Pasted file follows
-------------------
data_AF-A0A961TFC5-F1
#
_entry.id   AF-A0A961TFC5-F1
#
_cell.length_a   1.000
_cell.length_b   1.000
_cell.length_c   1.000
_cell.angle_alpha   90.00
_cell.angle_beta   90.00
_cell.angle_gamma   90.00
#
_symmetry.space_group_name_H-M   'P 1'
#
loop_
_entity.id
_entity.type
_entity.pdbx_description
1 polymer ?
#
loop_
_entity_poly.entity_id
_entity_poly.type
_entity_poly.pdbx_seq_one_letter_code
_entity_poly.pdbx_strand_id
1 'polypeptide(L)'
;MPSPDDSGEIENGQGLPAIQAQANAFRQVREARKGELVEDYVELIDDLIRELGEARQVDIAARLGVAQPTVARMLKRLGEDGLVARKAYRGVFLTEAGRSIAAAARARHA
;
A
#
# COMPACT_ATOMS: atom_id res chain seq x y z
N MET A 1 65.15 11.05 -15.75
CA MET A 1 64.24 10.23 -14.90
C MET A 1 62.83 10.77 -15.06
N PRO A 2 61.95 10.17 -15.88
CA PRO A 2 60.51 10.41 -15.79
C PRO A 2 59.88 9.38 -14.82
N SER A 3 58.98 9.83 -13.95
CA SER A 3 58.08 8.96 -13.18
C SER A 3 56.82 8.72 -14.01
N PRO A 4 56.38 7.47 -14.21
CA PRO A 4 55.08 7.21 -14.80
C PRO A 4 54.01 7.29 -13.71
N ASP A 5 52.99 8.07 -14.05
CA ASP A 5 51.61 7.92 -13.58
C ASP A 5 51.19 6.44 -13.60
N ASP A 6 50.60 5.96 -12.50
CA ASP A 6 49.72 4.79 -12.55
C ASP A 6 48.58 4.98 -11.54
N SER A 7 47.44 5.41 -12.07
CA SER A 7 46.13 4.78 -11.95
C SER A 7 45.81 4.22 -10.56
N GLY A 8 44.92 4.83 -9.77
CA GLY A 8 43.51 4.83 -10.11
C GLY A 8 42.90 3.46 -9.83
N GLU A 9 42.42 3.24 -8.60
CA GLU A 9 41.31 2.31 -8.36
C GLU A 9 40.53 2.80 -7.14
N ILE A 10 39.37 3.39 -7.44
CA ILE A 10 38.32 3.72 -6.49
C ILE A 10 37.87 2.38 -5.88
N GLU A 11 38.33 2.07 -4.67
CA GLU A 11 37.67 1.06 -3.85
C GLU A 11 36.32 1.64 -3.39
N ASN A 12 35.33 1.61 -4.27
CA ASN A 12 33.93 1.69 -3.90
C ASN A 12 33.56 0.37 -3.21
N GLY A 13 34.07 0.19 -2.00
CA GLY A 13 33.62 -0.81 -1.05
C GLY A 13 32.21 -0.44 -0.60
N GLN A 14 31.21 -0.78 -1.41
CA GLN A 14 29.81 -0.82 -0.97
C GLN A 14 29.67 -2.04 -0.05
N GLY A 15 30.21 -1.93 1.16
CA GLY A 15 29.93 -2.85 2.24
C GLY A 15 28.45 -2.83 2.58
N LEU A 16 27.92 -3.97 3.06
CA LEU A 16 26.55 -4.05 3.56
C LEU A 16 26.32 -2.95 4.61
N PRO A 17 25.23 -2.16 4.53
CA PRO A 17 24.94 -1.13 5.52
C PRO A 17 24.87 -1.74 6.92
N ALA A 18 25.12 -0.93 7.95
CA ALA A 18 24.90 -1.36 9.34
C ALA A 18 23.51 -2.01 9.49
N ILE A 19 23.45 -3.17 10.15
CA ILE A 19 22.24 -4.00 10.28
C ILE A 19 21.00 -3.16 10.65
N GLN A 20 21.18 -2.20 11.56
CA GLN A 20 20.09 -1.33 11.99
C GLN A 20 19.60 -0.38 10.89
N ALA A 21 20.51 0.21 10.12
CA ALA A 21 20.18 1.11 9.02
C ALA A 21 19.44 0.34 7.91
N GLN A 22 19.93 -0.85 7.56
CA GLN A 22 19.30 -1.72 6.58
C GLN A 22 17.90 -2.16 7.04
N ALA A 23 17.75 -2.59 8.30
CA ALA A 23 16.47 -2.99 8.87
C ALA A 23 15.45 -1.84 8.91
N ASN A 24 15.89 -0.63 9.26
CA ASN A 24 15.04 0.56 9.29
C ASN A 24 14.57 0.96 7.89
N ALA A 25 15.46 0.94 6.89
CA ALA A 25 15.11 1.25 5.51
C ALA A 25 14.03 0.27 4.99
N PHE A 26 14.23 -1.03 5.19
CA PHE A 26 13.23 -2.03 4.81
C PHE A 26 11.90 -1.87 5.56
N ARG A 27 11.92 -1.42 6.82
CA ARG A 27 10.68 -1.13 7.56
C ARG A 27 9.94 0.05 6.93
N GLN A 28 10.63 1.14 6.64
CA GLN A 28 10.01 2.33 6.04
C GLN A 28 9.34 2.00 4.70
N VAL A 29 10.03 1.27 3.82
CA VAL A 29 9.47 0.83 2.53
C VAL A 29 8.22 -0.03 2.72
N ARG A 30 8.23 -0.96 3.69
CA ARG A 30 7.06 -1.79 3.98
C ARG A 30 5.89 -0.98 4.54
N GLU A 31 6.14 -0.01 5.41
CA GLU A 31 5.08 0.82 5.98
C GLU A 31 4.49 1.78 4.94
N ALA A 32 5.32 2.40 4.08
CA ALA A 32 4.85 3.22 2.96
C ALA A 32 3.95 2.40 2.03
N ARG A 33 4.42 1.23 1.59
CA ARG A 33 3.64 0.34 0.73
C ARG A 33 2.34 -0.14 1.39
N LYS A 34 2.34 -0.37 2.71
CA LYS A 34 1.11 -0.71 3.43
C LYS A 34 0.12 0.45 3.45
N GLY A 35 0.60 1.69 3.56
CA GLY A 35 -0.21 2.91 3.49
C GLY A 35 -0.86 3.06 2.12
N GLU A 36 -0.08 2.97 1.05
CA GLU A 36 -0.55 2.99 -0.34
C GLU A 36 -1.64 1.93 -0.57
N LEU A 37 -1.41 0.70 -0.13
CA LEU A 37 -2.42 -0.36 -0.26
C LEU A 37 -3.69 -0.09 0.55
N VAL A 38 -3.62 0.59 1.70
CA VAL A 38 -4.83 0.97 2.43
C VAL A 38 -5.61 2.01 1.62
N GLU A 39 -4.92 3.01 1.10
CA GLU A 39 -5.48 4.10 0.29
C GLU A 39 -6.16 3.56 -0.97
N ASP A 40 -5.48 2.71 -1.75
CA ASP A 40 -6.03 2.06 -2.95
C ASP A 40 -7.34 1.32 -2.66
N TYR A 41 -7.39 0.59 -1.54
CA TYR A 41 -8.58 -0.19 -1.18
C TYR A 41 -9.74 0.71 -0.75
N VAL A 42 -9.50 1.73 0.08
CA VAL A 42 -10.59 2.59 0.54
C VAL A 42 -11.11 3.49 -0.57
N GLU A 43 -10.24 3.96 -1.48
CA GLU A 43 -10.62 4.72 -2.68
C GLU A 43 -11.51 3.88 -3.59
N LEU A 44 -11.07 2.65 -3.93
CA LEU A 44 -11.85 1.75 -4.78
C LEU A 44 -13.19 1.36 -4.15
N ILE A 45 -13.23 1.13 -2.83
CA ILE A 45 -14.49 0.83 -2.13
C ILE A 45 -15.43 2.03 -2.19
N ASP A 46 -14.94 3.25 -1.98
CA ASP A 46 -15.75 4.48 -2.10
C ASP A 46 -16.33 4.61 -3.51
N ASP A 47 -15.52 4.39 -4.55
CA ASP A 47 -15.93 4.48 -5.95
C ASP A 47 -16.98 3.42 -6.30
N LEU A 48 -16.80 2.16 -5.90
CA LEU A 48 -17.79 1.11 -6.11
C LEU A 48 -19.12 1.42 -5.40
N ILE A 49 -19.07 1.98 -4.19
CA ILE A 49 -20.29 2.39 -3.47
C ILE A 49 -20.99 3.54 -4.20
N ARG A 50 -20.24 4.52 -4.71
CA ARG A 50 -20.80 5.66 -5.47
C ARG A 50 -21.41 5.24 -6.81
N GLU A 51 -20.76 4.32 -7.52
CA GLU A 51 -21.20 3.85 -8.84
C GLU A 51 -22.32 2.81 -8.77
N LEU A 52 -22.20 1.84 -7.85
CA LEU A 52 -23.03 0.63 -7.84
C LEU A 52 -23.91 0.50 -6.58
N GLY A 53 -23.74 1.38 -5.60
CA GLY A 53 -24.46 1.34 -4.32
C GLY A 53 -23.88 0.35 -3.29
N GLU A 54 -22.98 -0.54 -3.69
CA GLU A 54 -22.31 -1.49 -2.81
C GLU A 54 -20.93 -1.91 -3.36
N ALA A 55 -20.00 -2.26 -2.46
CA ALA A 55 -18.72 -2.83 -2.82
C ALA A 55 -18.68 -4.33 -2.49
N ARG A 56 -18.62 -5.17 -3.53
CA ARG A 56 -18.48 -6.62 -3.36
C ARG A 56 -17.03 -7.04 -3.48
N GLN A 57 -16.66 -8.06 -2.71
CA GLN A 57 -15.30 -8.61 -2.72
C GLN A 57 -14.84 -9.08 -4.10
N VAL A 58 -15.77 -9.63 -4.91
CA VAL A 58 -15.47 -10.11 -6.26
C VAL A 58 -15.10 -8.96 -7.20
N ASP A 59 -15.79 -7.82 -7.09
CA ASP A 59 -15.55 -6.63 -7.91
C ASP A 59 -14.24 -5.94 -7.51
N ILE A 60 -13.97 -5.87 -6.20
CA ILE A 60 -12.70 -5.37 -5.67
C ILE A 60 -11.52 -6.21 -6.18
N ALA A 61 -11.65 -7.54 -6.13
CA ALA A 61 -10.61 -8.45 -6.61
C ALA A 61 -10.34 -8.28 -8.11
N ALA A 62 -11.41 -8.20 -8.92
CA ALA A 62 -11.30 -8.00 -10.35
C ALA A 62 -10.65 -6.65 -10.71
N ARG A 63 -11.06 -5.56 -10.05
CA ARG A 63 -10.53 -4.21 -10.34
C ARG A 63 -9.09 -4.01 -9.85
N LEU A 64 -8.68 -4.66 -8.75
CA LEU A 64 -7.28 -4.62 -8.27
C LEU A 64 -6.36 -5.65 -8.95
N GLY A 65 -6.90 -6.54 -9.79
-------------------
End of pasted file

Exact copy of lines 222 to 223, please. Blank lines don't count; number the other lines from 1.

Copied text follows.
C LEU A 64 -6.36 -5.65 -8.95
N GLY A 65 -6.90 -6.54 -9.79